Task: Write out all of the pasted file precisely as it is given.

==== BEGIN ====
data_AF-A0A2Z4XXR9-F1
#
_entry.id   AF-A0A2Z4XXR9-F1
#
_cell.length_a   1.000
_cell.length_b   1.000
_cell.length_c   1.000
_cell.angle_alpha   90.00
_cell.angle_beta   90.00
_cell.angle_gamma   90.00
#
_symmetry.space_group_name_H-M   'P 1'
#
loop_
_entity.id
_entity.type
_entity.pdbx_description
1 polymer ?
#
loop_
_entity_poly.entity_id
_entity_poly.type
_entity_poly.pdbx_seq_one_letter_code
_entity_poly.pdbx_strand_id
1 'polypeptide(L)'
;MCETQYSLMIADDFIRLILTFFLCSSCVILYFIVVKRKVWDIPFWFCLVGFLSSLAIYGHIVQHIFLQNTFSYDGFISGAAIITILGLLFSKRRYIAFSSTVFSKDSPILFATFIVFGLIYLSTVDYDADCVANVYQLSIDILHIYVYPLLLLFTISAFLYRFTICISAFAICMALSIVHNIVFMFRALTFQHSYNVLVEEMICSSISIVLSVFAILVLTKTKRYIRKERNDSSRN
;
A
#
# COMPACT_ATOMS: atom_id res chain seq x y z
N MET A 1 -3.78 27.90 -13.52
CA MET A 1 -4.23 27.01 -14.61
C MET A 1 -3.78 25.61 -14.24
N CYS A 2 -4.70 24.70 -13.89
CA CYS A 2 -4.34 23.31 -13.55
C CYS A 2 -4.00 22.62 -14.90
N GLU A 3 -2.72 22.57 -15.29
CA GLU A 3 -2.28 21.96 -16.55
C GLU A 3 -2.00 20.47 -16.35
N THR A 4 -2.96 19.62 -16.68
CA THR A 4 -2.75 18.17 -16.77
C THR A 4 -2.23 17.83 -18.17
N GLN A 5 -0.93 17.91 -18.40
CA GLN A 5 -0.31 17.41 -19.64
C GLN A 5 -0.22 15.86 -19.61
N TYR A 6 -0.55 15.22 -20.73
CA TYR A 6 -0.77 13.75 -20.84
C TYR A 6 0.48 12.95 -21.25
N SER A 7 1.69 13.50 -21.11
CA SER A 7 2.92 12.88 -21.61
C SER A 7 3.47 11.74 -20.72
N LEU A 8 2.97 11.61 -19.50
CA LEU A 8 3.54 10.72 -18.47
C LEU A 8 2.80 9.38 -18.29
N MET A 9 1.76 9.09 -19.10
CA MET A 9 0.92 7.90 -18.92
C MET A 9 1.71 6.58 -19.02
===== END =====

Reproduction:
data_AF-A0A2Z4XXR9-F1
#
_entry.id   AF-A0A2Z4XXR9-F1
#
_cell.length_a   1.000
_cell.length_b   1.000
_cell.length_c   1.000
_cell.angle_alpha   90.00
_cell.angle_beta   90.00
_cell.angle_gamma   90.00
#
_symmetry.space_group_name_H-M   'P 1'
#
loop_
_entity.id
_entity.type
_entity.pdbx_description
1 polymer ?
#
loop_
_entity_poly.entity_id
_entity_poly.type
_entity_poly.pdbx_seq_one_letter_code
_entity_poly.pdbx_strand_id
1 'polypeptide(L)'
;MCETQYSLMIADDFIRLILTFFLCSSCVILYFIVVKRKVWDIPFWFCLVGFLSSLAIYGHIVQHIFLQNTFSYDGFISGAAIITILGLLFSKRRYIAFSSTVFSKDSPILFATFIVFGLIYLSTVDYDADCVANVYQLSIDILHIYVYPLLLLFTISAFLYRFTICISAFAICMALSIVHNIVFMFRALTFQHSYNVLVEEMICSSISIVLSVFAILVLTKTKRYIRKERNDSSRN
;
A
#
# COMPACT_ATOMS: atom_id res chain seq x y z
N MET A 1 -3.78 27.90 -13.52
CA MET A 1 -4.23 27.01 -14.61
C MET A 1 -3.78 25.61 -14.24
N CYS A 2 -4.70 24.70 -13.89
CA CYS A 2 -4.34 23.31 -13.55
C CYS A 2 -4.00 22.62 -14.90
N GLU A 3 -2.72 22.57 -15.29
CA GLU A 3 -2.28 21.96 -16.55
C GLU A 3 -2.00 20.47 -16.35
N THR A 4 -2.96 19.62 -16.68
CA THR A 4 -2.75 18.17 -16.77
C THR A 4 -2.23 17.83 -18.17
N GLN A 5 -0.93 17.91 -18.40
CA GLN A 5 -0.31 17.41 -19.64
C GLN A 5 -0.22 15.86 -19.61
N TYR A 6 -0.55 15.22 -20.73
CA TYR A 6 -0.77 13.75 -20.84
C TYR A 6 0.48 12.95 -21.25
N SER A 7 1.69 13.50 -21.11
CA SER A 7 2.92 12.88 -21.61
C SER A 7 3.47 11.74 -20.72
N LEU A 8 2.97 11.61 -19.50
CA LEU A 8 3.54 10.72 -18.47
C LEU A 8 2.80 9.38 -18.29
N MET A 9 1.76 9.09 -19.10
CA MET A 9 0.92 7.90 -18.92
C MET A 9 1.71 6.58 -19.02